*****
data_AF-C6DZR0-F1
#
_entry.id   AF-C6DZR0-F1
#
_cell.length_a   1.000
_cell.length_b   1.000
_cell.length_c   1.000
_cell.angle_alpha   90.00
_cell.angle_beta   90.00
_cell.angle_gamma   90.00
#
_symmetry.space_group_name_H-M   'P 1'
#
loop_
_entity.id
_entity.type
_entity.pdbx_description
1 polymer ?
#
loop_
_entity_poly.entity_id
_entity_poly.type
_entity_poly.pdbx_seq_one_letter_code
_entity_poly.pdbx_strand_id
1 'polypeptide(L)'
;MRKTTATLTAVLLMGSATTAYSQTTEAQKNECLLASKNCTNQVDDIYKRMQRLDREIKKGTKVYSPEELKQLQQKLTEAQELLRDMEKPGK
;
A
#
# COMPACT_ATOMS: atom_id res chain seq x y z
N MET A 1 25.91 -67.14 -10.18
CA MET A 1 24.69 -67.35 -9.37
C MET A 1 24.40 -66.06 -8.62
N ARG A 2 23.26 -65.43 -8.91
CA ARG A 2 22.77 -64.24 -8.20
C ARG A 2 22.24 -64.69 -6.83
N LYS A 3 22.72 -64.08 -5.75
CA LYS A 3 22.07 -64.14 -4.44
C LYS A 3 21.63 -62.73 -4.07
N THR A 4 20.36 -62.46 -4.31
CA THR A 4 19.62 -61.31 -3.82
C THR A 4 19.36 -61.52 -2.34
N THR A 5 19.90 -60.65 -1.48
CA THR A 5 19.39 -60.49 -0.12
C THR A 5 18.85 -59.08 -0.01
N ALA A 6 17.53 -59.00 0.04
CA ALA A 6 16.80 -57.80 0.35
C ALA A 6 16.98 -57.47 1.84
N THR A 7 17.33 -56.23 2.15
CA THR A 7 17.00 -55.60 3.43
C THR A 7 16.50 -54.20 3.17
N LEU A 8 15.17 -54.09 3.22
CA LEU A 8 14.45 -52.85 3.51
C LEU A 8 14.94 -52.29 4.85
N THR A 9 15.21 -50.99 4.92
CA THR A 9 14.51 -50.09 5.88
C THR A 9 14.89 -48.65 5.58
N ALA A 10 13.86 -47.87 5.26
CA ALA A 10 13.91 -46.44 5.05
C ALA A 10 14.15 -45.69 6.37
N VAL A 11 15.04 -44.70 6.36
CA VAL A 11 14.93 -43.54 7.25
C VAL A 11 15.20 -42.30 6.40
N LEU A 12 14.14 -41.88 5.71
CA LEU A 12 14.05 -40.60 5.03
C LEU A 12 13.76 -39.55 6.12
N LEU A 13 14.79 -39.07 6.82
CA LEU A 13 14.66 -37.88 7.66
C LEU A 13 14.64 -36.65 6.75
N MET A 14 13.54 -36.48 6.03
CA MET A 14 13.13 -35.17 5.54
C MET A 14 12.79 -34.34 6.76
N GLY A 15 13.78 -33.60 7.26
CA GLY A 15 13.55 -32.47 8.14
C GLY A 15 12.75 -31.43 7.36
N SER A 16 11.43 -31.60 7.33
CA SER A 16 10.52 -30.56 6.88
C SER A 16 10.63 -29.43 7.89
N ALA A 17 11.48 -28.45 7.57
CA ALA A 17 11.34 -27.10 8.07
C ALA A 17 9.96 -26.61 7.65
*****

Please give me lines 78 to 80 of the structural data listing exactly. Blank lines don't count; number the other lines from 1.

C SER A 16 10.63 -29.43 7.89
N ALA A 17 11.48 -28.45 7.57
CA ALA A 17 11.34 -27.10 8.07